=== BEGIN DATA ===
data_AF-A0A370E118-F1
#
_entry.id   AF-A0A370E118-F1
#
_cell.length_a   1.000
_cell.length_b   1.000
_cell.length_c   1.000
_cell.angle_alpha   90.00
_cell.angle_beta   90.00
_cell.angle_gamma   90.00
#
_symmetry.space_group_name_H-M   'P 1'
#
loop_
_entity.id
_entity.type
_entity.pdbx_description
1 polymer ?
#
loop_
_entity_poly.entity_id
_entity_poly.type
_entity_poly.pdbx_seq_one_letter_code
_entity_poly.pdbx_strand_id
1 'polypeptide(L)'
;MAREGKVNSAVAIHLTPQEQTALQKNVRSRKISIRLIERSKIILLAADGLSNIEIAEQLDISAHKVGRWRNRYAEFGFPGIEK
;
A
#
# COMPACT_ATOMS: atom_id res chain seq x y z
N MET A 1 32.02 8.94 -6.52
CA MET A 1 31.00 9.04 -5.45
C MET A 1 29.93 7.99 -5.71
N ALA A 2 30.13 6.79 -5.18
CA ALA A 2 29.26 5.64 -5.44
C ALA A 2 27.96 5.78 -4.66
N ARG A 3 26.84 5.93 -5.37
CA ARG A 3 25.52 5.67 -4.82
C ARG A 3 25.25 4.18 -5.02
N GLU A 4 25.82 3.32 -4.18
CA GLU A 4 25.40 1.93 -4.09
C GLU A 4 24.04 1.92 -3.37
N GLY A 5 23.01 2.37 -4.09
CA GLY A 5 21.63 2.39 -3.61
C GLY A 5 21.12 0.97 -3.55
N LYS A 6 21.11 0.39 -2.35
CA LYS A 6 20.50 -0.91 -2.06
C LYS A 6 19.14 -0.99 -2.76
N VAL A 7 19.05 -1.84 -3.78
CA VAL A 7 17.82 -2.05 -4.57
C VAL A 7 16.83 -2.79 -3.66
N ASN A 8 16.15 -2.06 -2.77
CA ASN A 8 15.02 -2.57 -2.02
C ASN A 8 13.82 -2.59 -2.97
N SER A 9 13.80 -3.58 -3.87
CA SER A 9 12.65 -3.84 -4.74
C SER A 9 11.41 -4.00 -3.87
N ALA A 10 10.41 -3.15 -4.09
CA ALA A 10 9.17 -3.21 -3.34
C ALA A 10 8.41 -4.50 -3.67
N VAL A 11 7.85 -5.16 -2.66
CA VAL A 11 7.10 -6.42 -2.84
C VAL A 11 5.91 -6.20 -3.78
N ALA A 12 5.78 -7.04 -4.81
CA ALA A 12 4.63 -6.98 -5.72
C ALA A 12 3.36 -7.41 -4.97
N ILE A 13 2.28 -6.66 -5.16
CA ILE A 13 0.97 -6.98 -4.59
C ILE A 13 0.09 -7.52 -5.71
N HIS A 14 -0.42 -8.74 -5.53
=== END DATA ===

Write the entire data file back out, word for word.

data_AF-A0A370E118-F1
#
_entry.id   AF-A0A370E118-F1
#
_cell.length_a   1.000
_cell.length_b   1.000
_cell.length_c   1.000
_cell.angle_alpha   90.00
_cell.angle_beta   90.00
_cell.angle_gamma   90.00
#
_symmetry.space_group_name_H-M   'P 1'
#
loop_
_entity.id
_entity.type
_entity.pdbx_description
1 polymer ?
#
loop_
_entity_poly.entity_id
_entity_poly.type
_entity_poly.pdbx_seq_one_letter_code
_entity_poly.pdbx_strand_id
1 'polypeptide(L)'
;MAREGKVNSAVAIHLTPQEQTALQKNVRSRKISIRLIERSKIILLAADGLSNIEIAEQLDISAHKVGRWRNRYAEFGFPGIEK
;
A
#
# COMPACT_ATOMS: atom_id res chain seq x y z
N MET A 1 32.02 8.94 -6.52
CA MET A 1 31.00 9.04 -5.45
C MET A 1 29.93 7.99 -5.71
N ALA A 2 30.13 6.79 -5.18
CA ALA A 2 29.26 5.64 -5.44
C ALA A 2 27.96 5.78 -4.66
N ARG A 3 26.84 5.93 -5.37
CA ARG A 3 25.52 5.67 -4.82
C ARG A 3 25.25 4.18 -5.02
N GLU A 4 25.82 3.32 -4.18
CA GLU A 4 25.40 1.93 -4.09
C GLU A 4 24.04 1.92 -3.37
N GLY A 5 23.01 2.37 -4.09
CA GLY A 5 21.63 2.39 -3.61
C GLY A 5 21.12 0.97 -3.55
N LYS A 6 21.11 0.39 -2.35
CA LYS A 6 20.50 -0.91 -2.06
C LYS A 6 19.14 -0.99 -2.76
N VAL A 7 19.05 -1.84 -3.78
CA VAL A 7 17.82 -2.05 -4.57
C VAL A 7 16.83 -2.79 -3.66
N ASN A 8 16.15 -2.06 -2.77
CA ASN A 8 15.02 -2.57 -2.02
C ASN A 8 13.82 -2.59 -2.97
N SER A 9 13.80 -3.58 -3.87
CA SER A 9 12.65 -3.84 -4.74
C SER A 9 11.41 -4.00 -3.87
N ALA A 10 10.41 -3.15 -4.09
CA ALA A 10 9.17 -3.21 -3.34
C ALA A 10 8.41 -4.50 -3.67
N VAL A 11 7.85 -5.16 -2.66
CA VAL A 11 7.10 -6.42 -2.84
C VAL A 11 5.91 -6.20 -3.78
N ALA A 12 5.78 -7.04 -4.81
CA ALA A 12 4.63 -6.98 -5.72
C ALA A 12 3.36 -7.41 -4.97
N ILE A 13 2.28 -6.66 -5.16
CA ILE A 13 0.97 -6.98 -4.59
C ILE A 13 0.09 -7.52 -5.71
N HIS A 14 -0.42 -8.74 -5.53